1. I have found that a warm baking sheet helps the brittle spread easier - I keep it in a 200°F oven while I cook the brittle.
2. If you want a thin brittle: while the brittle is still very hot, use gloved hands to stretch the brittle until you get the brittle to how thin you want it. Do this by gently pulling the edges of the brittle, working your way around the entire mass.

Tuesday, December 23, 2008


"My feeling about chili is this: Along in November, when the first northern strikes, and the skies are gray, along about five o'clock in the afternoon, I get to thinking how good chili would taste for supper. It always lives up to expectations. In fact, you don't even mind the cold November winds."

– Lady Bird Johnson, U.S. First Lady

I love chili. It's such a comforting dish. I love that it has as many variations as Eskimos have words for snow. Proponents of each recipe (Texas, Cincinnati, Louisville, Beans, No Beans...) insist that theirs is the best. So I thought I'd share my version of the perfect chili.

Since Andrew doesn’t eat mammal I found a turkey version (thanks to Rachel Ray) and made a few modifications to suit our taste buds. It is now my go to chili recipe and always gets rave reviews. It even won a chili cook-off competition!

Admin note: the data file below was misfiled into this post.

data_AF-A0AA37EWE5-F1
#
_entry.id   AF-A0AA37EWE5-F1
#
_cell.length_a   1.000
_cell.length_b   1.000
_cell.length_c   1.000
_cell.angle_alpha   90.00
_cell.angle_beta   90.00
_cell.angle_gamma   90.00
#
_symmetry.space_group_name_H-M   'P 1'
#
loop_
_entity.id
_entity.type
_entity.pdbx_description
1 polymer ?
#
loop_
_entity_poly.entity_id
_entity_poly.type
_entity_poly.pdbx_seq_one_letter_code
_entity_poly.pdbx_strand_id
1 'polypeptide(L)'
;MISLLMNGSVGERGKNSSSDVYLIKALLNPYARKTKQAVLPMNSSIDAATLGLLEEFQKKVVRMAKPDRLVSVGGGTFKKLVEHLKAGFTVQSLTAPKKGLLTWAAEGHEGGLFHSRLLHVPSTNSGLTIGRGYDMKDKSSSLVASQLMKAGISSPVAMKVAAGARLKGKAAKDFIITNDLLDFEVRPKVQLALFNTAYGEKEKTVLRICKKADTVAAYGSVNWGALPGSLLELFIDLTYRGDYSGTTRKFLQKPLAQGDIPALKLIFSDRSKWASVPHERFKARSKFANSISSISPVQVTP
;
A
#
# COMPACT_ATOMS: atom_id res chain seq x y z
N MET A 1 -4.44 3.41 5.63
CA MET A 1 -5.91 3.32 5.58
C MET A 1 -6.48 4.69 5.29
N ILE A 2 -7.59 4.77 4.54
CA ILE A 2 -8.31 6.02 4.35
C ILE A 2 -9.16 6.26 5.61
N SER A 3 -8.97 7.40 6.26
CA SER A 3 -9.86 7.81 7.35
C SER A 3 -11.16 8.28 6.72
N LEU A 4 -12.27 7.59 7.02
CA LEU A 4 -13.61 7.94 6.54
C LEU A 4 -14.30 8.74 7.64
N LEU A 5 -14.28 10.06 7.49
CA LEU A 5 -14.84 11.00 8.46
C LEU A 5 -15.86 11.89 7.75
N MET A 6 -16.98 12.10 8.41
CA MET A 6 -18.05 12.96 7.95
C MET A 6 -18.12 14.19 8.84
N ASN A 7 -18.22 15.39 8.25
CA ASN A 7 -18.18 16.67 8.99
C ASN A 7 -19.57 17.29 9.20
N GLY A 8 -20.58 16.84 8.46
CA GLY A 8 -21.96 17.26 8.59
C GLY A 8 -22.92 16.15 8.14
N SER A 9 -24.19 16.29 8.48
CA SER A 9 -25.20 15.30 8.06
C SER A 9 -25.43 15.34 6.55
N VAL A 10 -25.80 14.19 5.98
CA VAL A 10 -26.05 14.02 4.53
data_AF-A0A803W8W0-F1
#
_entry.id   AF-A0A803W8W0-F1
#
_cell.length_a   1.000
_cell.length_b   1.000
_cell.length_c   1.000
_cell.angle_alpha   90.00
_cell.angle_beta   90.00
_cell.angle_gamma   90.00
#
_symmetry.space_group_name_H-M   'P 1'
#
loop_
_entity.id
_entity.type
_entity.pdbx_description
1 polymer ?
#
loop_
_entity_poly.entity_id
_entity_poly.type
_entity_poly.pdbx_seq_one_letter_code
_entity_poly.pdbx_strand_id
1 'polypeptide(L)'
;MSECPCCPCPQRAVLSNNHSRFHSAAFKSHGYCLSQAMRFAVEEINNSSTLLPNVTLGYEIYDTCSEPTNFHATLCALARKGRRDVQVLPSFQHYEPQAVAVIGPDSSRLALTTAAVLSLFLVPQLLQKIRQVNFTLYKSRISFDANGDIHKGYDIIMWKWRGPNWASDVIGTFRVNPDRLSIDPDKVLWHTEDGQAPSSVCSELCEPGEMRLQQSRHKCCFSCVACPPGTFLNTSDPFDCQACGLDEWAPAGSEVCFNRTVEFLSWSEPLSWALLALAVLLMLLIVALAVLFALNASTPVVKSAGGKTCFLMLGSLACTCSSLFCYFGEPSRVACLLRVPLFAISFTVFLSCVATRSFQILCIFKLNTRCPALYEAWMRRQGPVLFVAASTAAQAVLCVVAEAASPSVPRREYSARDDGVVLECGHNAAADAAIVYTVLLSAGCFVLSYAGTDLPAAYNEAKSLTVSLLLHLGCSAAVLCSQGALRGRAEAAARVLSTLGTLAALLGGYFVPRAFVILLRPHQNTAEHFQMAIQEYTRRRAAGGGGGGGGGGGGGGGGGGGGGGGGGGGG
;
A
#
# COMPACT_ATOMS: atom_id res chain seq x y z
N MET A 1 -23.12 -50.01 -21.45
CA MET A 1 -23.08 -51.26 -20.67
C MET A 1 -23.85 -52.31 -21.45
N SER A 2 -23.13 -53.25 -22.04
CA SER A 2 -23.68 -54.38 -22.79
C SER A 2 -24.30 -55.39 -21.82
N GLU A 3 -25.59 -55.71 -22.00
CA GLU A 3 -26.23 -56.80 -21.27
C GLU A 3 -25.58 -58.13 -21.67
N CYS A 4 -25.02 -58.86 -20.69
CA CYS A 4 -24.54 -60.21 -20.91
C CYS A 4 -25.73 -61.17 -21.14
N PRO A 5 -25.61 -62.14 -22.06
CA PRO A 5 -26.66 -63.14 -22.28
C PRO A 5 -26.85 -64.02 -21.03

This year it'll just be the two of us for Christmas. I think I'll stir up a batch for us to enjoy. It may just be a new holiday tradition!

 Extra-virgin olive oil (about 1-2 tablespoons)
 2 packages ground turkey(about 1 lb each)
 2 tablespoons dark chili powder
 1 tsp crushed red pepper flakes
 2 tablespoons grill seasoning blend, any brand
 1 tablespoon cumin
 2 tablespoons Worcestershire sauce
 1 to 3 tablespoons hot sauce, medium to extra-spicy
 1 large onion (diced)
 2 large red Bell Peppers (diced)
 2 cups roasted corn kernels*
 1 can Ro-Tel tomatoes with green chilies (well drained)
 2 cans Black Beans (rinsed and drained)
 1/2 bottle beer, about 1 cup
 1 (14oz) can tomato sauce
 1/2 cup barbecue sauce (smoky if you have it)
 1 can diced jalapenos

Heat a large pan over medium to medium high heat. Add extra-virgin olive oil and the turkey meat. Break up the meat with the back of a wooden spoon into small crumbles. Brown the turkey for about 5 minutes. Season the meat with the chili powder, red pepper flakes, grill seasoning, cumin, Worcestershire and hot sauce, then transfer the mixture to large a pot or Dutch oven.

In the same large pan, sauté the diced onions and bell peppers until softened and most of the water has cooked out. (NOTE: If using frozen corn, sauté it along with the onions and peppers, if using freshly roasted corn, add it along with the remaining ingredients). Add the sautéed onions, peppers and corn along with the Ro-Tel tomatoes and black beans to the cooked turkey mixture and stir to combine.

Cook over medium heat for 5-10 minutes, then add the half bottle of beer, tomato sauce and barbecue sauce and bring to a bubble. Add jalapenos and let chili simmer for about 20 minutes. Season with salt and pepper and adjust seasonings and heat level to your taste. Remove from heat and serve.